Federal soil researchers break into literary world

A Lethbridge research scientist in biogeochemistry and a biogeochemistry technician have won an international prize in children’s literature.

Ben Ellert and Katelyn Lutes, who work for Agriculture Canada from the Lethbridge Research Centre, teamed up to write and illustrate a book that placed second in a contest organized by the United Nations Food and Agriculture Organization, the International Union of Soil Sciences and the Global Soil Partnership.

Their 16-page book is entitled Soil Biodiversity: What’s Most Important? It was chosen as the second-place winner from among more than 100 entries from six different countries. The winners were announced from Rome on World Soil Day Dec. 5.

Ellert said he hopes Agriculture Canada will print copies of the book, which has already been translated into French.

“For communicating with children I think it’s nice to be able to sit down with an analog real paper copy of a book and turn the pages and point to the pictures. Even if a young child can’t read all the text, they can sort of follow along the story line.”

That story line involves six characters who insist their area of soil study is most important in terms of biodiversity. Billy the Botanist, Edward the Entomologist, Mo the Microbiologist, Zoey the Soil Zoologist, Melody the Mycologist and Emily the Ecologist eventually agree that all research into soil is important.

Ellert said none of the scientists directly resemble the many Agriculture Canada researchers and others who were consulted on the content, although he and Lutes did joke about including a disclaimer in that regard.

The book is richly illustrated by Lutes, who said she had to think creatively to draw the many elements of soil biology.

“The scale, the size of things that we actually have in the soil, it was hard to show with the illustrations because you’ve got these tiny, tiny little mites and even smaller bacteria and then you might also have a cow or a plant in the same picture. I found that was a challenge, which is why I did the magnifying glasses occasionally.”

The contest guidelines stipulated a focus on the six- to 11-year age group but Ellert and Lutes think their book might be suited to slightly older children too. Ellert consulted teachers during the project and was told to avoid “talking down” to kids.

“I’ve had positive feedback from educators at this point. I know one fellow put it on his assigned reading for his university course already … so that’s kind of encouraging.”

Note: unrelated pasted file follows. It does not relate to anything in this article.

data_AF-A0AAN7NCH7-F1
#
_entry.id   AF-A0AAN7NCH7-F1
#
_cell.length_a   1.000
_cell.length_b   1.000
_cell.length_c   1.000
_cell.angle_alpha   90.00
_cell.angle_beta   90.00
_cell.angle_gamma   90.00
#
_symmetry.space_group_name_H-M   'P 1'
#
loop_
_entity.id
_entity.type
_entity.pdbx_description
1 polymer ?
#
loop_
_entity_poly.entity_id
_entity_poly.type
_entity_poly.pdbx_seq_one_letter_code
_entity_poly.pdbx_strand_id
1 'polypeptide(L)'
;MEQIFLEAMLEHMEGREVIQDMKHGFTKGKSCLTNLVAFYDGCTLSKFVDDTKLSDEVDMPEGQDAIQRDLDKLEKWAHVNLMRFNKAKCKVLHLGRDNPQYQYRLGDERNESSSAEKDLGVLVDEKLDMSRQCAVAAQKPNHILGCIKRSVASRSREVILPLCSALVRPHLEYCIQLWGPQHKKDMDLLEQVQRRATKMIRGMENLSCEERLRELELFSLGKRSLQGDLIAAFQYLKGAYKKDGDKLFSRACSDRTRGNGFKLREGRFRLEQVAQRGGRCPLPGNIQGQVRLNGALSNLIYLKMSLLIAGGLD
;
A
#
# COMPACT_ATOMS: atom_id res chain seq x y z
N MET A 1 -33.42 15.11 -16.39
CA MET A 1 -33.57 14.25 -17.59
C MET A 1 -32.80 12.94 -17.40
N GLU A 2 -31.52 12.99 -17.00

Colleagues at the research centre checked early drafts of the text to ensure accuracy. Several had helpful suggestions.

“In the beginning, we were a little bit hard on earthworms. That was pointed out to us,” said Lutes. “And we did add in the millipedes and the centipedes based on a recommendation. We wanted to make sure that we sent it to the people who are experts in the field.”

Katelyn Lutes, a biogeochemistry technician at Agriculture Canada’s research centre in Lethbridge, illustrated the book. | Supplied photo

The years 2015-24 have been declared the International Decade of Soils, which may be some of the impetus behind recent attention on the importance of soil in biodiversity, food production, climate and other aspects of life.

“Right now the catchword is soil health. That’s a term that has morphed throughout history,” said Ellert.

“When I started out over 20 years ago, everybody was talking about soil quality, and it’s hard enough to define what soil health is, let alone soil quality. These terms morph a little bit. There certainly is a lot of interest in it right now.

“The new science is metagenomics and that is something that I thought for sure we had to put in there. It’s a little bit of a heavy concept and a big word but I think we’re going to be hearing more and more about that.”

Lutes’ illustrations range from dung beetles to DNA and mycorrhizae to rhizobium.

“I took enjoyment from drawing every single one of the pages and refining the text as I went along,” she said.

“The points that I kind of wanted to drive home were that there are so many soil organisms and a lot of them we don’t even know yet, so it’s kind of exciting to study. And also that humans have a direct influence on the soil biodiversity, which then affects what we can get from the soil. I just wanted to make kids or anyone who’s reading it sort of aware that there’s more than meets the eye. Its not just dirt.”

The book and other finalists in the contest can be found online at www.fao.org/world-soil-day/bookcontest/en/.

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